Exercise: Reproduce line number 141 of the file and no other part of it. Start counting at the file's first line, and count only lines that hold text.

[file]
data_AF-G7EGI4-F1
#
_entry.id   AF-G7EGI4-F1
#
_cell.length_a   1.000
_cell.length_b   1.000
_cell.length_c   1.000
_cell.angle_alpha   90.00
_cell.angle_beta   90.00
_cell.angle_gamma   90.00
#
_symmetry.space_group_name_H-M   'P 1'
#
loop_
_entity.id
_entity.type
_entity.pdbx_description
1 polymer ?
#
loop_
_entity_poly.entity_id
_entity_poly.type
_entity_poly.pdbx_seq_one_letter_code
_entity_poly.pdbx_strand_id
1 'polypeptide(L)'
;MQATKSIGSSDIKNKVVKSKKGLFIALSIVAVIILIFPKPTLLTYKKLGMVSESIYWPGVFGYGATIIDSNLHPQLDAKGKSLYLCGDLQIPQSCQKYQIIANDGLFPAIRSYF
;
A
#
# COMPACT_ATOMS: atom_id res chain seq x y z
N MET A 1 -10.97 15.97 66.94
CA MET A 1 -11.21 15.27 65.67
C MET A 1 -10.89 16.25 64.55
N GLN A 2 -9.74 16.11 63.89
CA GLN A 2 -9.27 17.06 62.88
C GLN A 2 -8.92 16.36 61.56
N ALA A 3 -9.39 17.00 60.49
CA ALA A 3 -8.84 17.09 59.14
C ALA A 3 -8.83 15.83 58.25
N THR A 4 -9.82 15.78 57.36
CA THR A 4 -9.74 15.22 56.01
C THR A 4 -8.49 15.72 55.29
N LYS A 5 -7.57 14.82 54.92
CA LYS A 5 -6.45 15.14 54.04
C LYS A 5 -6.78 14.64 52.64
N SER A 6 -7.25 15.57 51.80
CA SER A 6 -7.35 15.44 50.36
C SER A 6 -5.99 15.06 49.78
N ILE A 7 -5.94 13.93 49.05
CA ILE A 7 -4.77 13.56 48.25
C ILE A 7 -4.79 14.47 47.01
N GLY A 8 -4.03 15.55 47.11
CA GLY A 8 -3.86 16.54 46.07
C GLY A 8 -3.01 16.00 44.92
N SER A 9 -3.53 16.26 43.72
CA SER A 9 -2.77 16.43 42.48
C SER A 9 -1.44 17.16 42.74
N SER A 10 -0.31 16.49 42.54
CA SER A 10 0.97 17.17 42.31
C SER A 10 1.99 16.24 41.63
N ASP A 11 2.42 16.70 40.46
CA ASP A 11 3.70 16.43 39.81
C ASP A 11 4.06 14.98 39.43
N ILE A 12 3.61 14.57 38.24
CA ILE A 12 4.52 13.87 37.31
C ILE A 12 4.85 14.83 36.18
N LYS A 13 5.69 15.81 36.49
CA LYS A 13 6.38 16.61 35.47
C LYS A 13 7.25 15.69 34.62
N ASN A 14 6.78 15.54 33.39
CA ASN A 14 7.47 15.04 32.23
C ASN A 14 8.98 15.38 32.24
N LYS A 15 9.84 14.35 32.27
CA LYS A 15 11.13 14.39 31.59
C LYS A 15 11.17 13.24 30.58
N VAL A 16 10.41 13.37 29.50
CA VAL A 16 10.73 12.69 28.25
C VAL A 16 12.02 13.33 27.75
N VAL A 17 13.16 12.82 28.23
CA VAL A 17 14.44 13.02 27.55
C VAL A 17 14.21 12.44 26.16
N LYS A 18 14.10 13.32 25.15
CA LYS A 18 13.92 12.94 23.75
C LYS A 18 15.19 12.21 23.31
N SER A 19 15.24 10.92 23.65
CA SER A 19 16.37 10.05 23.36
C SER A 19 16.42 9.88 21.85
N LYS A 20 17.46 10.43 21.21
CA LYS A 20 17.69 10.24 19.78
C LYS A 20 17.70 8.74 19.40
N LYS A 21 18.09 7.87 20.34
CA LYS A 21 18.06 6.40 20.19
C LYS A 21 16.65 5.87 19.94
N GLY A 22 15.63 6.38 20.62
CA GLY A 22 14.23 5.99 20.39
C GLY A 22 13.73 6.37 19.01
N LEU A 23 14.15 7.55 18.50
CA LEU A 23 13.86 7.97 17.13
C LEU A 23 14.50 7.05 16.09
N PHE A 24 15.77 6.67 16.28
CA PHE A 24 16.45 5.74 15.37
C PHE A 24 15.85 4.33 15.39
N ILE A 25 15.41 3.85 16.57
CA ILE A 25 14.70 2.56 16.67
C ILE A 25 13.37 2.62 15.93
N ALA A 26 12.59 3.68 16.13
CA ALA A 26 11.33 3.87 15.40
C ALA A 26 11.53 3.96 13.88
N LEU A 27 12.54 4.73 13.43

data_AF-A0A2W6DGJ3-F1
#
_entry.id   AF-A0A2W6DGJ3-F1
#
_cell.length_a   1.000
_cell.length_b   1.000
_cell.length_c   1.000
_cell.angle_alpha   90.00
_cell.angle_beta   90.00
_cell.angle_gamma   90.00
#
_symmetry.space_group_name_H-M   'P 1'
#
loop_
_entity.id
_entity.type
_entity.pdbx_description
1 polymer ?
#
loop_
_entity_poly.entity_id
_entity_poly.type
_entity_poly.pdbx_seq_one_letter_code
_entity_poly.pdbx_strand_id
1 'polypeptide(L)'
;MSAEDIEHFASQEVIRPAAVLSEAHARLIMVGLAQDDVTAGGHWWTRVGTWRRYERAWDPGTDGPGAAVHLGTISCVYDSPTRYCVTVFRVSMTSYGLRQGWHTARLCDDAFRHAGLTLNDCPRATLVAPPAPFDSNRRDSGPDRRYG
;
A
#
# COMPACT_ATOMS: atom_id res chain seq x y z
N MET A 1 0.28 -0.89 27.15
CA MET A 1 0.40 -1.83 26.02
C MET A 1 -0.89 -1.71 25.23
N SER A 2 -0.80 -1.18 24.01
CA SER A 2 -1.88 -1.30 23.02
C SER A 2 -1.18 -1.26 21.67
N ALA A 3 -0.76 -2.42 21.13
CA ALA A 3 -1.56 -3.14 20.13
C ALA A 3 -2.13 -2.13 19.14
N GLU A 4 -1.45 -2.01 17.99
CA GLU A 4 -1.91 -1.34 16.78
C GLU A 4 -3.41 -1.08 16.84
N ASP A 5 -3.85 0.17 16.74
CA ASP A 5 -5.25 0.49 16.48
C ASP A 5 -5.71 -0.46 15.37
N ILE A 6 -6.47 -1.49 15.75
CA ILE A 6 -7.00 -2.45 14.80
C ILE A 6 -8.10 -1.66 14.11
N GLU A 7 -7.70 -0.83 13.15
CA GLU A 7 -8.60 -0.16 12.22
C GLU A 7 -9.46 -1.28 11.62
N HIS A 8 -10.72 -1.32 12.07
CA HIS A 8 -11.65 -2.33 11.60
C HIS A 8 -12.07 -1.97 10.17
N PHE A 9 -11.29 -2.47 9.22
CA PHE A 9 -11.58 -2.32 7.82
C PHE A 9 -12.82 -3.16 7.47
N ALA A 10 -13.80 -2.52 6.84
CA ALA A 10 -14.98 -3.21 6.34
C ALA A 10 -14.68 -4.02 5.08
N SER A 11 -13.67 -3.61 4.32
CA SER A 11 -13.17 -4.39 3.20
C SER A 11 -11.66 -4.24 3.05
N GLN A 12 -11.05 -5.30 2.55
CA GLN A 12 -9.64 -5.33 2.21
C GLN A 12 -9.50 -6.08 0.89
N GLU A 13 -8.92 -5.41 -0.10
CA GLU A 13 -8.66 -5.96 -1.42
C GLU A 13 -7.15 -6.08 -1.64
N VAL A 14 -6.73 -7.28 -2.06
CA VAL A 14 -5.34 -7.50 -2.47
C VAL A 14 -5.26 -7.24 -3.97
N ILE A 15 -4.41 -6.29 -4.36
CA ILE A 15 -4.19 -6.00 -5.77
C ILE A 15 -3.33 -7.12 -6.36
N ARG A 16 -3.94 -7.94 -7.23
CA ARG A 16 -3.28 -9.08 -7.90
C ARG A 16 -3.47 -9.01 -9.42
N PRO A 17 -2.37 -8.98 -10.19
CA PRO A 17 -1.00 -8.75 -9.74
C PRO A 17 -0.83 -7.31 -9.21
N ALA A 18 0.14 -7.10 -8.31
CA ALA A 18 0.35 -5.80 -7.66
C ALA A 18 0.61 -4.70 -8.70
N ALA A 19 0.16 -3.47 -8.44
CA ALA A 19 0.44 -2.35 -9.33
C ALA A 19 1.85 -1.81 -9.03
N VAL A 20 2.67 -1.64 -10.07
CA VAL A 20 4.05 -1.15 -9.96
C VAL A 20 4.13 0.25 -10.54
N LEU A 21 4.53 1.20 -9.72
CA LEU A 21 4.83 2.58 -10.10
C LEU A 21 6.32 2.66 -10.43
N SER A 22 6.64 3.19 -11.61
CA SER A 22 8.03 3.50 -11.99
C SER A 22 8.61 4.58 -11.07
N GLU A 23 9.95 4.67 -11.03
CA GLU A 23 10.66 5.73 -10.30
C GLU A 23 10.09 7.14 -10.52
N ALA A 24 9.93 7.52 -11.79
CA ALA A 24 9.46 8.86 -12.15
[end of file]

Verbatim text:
CA MET A 1 0.40 -1.83 26.02